From clean energy to gender equality, these innovators are changing the world

Workers clean solar panels at Noor III near the city of Ouarzazate, Morocco, November 4, 2016. Picture taken November 4, 2016. REUTERS/Youssef Boudlal - S1AEULCGPCAA

Clean, affordable energy is one of the major development goals as defined by the United Nations. Image: REUTERS/Youssef Boudlal

Erica Viegas
Partnerships Manager, Forum Foundations, World Economic Forum
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This article is part of: Sustainable Development Impact Summit

From using local trash to fuel cities, to creating climate investment funds, to helping new mothers break glass ceilings, young people are proving that there are many different approaches to achieving the United Nations’ Sustainable Development Goals. On September 24 and 25, Young Global Leaders—a peer network of next-generation innovators and thought leaders—will gather in New York to add their voices to sessions and workshops at the World Economic Forum’s Sustainable Development Impact Summit. Their aim is to find new partners and mentors to further grow their projects. These leaders are inspiring others to think creatively about their social impact, guided by the Sustainable Development Goals:

Resourcefulness, resilience, and grit: three words that Zubaida Bai says mothers exemplify. “The opportunity of entrepreneurship should be open to all. Women, no matter where they come from, the color of their skin, or their maternal choices, should have access to capital. They should be judged on the strength of their ideas, and their ability to deliver,” she says. Through the launch of the Happy Woman Foundation, she empowers women to achieve success and wield public influence, with real resources and financial support to remove barriers. Her “Endow, Educate, Elevate” model is already yielding capital support that will impact 100,000 women by the end of 2019. Meanwhile, Gaurav Mehta’s Dharma Life is using a tech-reliant finance framework to help donor organizations fund female entrepreneurs, with the twin goals of sourcing income and raising women’s status in society.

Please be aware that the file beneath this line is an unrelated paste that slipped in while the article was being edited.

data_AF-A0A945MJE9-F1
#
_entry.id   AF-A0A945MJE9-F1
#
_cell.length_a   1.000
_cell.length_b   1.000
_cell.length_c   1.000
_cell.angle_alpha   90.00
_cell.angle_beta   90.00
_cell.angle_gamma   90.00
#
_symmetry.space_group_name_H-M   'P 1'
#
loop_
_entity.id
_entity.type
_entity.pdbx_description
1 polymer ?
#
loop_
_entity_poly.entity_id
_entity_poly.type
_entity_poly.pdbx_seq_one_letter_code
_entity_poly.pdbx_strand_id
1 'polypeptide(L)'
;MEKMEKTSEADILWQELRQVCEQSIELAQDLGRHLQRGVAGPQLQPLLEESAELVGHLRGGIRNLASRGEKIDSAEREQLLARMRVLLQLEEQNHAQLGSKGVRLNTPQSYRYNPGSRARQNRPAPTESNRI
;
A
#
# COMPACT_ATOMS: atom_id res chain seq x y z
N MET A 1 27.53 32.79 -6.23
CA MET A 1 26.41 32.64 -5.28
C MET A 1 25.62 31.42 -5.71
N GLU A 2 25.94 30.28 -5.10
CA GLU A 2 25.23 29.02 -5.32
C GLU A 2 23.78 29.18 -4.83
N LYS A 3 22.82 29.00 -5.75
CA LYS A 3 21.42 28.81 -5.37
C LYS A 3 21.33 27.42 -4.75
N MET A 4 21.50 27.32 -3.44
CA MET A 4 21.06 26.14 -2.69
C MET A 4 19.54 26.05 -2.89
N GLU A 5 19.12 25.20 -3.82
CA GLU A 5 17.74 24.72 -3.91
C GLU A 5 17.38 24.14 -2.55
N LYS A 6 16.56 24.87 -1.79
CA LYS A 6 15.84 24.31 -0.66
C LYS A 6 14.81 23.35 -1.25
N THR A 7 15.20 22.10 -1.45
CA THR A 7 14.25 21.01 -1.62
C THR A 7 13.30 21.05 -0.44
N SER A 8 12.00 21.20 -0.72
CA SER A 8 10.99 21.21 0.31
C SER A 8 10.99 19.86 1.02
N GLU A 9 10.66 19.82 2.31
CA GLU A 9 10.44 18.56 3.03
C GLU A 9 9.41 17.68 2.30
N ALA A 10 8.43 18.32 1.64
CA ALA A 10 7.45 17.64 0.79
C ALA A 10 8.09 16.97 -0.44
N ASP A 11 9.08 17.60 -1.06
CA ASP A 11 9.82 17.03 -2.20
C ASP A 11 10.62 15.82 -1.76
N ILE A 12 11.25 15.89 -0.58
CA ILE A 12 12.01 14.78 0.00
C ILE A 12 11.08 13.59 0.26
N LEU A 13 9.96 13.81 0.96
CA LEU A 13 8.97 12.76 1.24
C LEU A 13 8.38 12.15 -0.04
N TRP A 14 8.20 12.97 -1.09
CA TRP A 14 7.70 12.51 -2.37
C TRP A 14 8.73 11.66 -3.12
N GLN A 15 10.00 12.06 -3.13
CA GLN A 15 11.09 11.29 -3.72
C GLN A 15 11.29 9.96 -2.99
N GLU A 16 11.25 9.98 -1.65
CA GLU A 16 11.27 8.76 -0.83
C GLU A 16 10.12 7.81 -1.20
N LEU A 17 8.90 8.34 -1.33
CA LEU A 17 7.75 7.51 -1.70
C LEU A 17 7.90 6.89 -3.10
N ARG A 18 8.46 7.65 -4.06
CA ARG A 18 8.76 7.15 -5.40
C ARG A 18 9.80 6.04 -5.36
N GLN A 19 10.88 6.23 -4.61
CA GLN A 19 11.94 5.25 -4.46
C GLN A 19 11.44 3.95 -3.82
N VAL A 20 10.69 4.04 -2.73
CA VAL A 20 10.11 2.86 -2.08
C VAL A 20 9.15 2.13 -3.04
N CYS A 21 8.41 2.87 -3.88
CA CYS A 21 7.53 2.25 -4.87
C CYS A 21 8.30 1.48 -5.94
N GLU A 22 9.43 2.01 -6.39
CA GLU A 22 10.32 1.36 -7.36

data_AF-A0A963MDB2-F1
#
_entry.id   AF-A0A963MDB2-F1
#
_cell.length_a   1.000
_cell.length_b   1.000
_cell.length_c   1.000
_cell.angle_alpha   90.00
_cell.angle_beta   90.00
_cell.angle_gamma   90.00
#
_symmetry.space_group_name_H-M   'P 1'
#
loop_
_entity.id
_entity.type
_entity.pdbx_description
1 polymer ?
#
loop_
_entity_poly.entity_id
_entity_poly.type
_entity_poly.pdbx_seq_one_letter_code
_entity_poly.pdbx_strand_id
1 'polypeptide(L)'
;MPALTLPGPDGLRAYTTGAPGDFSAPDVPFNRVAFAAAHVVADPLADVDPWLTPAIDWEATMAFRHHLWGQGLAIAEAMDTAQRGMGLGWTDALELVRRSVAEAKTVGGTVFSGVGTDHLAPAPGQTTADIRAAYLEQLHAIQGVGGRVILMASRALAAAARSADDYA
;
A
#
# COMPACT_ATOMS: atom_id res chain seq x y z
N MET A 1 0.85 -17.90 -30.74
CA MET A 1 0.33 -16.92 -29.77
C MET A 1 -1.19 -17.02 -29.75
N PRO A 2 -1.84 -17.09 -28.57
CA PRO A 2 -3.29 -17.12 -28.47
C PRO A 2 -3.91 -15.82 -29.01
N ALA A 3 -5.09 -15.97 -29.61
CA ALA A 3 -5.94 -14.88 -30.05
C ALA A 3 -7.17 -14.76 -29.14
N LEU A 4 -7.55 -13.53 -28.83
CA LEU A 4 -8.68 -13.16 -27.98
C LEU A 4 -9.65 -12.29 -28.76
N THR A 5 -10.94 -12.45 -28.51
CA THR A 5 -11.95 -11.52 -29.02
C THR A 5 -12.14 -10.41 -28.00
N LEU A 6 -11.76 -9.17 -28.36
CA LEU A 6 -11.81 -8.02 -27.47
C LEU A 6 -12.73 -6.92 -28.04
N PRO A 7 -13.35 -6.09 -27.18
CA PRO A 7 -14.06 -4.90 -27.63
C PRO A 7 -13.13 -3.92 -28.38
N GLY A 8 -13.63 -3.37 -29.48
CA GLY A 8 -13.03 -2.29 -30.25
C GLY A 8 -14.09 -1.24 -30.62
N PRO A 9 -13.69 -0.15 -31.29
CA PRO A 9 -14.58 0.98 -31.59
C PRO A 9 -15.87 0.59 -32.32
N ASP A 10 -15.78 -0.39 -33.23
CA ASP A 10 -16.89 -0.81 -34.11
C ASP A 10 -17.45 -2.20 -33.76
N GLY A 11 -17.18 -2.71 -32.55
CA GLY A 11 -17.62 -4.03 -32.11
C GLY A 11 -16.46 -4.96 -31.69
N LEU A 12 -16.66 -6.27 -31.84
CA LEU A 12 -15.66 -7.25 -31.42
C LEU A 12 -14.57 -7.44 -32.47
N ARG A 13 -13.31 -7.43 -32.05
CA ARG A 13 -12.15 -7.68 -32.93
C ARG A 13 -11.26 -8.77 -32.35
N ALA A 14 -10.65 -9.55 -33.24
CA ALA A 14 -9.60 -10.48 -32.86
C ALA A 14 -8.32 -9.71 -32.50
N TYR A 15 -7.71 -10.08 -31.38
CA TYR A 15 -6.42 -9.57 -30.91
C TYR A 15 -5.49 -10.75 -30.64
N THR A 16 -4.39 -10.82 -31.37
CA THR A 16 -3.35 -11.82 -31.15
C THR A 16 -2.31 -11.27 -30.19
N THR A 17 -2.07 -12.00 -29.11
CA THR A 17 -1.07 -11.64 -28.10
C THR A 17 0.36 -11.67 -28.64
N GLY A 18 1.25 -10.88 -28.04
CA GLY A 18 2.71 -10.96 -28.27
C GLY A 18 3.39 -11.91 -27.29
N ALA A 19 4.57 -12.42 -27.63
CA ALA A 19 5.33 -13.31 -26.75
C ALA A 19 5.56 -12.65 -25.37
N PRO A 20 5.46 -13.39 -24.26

Image: Global Gender Gap Report 2017, World Economic Forum

Addis Ababa is home to Africa’s first waste-to-energy facility, the Reppie project. Here Samuel Alemayehu and his company, Cambridge Industries, convert 420,000 tonnes of municipal waste a year into 185GWh of electricity—supplying power to more than 30% of the city’s households. This eco-friendly model will expand to three more African cities by the end of this year, replacing massive garbage landfills that would otherwise release toxins into rivers and methane into the air. In Morocco, Mustapha Mokass is helping his home country harness the power of solar and wind energy. In 2011, he founded the sustainability advisory and investment firm BEYA Capital, based in Casablanca, which specializes in climate and carbon finance.